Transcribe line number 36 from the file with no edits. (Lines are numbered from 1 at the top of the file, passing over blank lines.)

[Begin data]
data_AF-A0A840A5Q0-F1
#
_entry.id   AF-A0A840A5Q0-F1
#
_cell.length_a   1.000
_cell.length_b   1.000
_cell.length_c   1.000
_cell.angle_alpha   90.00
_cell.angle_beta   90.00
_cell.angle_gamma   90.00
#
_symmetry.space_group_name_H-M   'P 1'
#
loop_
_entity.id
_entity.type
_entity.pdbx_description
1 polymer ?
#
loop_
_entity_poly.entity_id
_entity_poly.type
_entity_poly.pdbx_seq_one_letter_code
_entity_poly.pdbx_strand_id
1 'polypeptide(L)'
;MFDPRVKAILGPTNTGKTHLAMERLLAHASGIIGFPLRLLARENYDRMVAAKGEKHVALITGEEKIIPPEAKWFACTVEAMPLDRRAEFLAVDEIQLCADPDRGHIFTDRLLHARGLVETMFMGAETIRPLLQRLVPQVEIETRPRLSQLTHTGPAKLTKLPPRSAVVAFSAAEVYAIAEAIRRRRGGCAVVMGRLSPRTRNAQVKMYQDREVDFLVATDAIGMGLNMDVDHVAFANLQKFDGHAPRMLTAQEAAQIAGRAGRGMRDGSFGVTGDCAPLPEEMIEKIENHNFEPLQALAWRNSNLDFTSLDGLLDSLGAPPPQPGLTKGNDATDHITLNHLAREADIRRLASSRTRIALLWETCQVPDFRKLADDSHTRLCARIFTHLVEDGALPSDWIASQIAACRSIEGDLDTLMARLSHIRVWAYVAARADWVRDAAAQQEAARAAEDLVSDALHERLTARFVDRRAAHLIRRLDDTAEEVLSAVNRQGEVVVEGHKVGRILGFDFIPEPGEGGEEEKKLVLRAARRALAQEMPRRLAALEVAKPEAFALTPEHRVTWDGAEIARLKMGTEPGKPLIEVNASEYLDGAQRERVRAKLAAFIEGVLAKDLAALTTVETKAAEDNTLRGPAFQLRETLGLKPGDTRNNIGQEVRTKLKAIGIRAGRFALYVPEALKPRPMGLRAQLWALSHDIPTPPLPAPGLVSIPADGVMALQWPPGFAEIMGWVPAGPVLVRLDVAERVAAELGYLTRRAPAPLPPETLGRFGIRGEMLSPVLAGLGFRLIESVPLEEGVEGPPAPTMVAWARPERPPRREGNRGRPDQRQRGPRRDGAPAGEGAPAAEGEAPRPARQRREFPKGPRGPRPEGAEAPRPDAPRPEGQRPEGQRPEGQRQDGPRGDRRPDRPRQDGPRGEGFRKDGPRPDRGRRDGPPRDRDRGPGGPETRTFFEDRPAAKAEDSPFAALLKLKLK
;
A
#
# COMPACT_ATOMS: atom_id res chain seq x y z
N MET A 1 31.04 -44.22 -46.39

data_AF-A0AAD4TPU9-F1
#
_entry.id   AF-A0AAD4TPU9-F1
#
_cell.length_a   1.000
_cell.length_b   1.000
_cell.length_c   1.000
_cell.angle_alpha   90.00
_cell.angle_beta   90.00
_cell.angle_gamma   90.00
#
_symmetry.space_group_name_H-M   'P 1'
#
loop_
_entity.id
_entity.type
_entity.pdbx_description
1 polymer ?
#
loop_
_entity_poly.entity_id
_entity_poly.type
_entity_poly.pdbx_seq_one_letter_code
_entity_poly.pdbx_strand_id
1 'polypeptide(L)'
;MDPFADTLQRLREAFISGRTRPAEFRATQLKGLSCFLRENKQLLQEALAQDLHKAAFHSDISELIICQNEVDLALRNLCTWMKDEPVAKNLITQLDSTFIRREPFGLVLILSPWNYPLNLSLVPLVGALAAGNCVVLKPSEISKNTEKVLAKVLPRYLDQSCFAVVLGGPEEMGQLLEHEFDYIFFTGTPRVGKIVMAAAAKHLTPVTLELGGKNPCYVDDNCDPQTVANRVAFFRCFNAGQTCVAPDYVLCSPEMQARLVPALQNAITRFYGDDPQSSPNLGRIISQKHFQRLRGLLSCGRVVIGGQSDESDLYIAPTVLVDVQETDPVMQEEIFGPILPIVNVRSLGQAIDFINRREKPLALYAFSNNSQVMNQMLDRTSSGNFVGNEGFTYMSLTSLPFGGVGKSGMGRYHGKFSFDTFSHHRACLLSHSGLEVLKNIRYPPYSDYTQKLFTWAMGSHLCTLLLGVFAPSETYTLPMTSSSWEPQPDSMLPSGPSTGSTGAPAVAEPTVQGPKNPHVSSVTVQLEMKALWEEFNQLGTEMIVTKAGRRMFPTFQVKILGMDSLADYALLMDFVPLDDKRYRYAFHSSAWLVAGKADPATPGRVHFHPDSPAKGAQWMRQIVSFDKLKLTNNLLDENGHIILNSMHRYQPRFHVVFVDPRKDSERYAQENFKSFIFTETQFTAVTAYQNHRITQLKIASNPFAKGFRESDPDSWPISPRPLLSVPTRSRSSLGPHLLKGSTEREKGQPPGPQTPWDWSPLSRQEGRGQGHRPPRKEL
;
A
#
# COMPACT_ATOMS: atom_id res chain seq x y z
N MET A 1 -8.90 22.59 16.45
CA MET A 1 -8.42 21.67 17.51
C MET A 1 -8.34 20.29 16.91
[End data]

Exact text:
_cell.length_a   1.000